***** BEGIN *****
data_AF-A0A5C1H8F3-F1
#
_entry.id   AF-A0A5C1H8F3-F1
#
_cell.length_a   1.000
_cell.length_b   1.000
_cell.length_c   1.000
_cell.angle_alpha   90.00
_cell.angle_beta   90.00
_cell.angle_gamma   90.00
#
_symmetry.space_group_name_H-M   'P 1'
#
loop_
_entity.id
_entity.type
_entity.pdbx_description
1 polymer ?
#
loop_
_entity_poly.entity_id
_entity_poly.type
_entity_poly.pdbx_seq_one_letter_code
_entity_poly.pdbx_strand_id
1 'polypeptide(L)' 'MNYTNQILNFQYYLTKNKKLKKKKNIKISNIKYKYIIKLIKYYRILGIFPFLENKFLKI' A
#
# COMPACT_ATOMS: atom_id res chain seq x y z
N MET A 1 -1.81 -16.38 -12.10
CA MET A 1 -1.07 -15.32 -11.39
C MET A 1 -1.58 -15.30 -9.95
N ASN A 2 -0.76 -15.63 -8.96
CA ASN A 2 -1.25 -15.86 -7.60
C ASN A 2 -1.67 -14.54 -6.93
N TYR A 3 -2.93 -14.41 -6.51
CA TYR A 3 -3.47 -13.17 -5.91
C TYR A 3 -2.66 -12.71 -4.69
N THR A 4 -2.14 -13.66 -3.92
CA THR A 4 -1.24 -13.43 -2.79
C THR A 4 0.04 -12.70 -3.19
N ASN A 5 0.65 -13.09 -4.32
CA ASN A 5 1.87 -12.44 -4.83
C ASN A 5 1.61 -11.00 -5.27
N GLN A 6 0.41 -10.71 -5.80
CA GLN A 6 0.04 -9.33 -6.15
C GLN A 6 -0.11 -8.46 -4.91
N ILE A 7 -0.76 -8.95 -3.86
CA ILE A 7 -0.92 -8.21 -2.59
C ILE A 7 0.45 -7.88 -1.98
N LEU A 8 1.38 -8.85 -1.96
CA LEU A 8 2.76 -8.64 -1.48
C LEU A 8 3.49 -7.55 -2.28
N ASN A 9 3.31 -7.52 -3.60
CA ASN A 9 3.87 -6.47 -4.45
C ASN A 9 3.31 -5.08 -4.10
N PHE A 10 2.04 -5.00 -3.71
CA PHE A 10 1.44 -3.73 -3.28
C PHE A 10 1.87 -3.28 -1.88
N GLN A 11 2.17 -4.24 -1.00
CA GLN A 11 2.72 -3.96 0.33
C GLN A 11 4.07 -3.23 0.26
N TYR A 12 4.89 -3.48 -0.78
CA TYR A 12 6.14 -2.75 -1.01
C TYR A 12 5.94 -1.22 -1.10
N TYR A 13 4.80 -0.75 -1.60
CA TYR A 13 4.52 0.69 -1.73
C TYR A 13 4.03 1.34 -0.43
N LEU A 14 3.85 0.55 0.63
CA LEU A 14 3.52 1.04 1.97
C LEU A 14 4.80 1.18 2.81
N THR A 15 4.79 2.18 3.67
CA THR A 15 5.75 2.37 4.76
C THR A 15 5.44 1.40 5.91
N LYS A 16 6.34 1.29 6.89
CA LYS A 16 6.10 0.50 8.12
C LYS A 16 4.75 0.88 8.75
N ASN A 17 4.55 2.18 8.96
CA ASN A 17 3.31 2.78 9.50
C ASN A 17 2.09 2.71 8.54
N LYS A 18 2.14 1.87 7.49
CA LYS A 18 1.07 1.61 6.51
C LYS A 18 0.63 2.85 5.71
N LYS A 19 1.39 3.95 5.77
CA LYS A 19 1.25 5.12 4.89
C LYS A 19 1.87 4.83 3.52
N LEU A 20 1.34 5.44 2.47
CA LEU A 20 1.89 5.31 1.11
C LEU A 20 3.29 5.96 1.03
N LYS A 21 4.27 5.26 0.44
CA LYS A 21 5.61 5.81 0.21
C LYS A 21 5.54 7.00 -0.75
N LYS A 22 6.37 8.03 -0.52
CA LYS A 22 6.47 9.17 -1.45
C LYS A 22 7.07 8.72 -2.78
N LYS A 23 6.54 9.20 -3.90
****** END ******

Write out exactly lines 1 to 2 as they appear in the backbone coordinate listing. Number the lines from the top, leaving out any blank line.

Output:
data_AF-A0A5C1H8F3-F1
#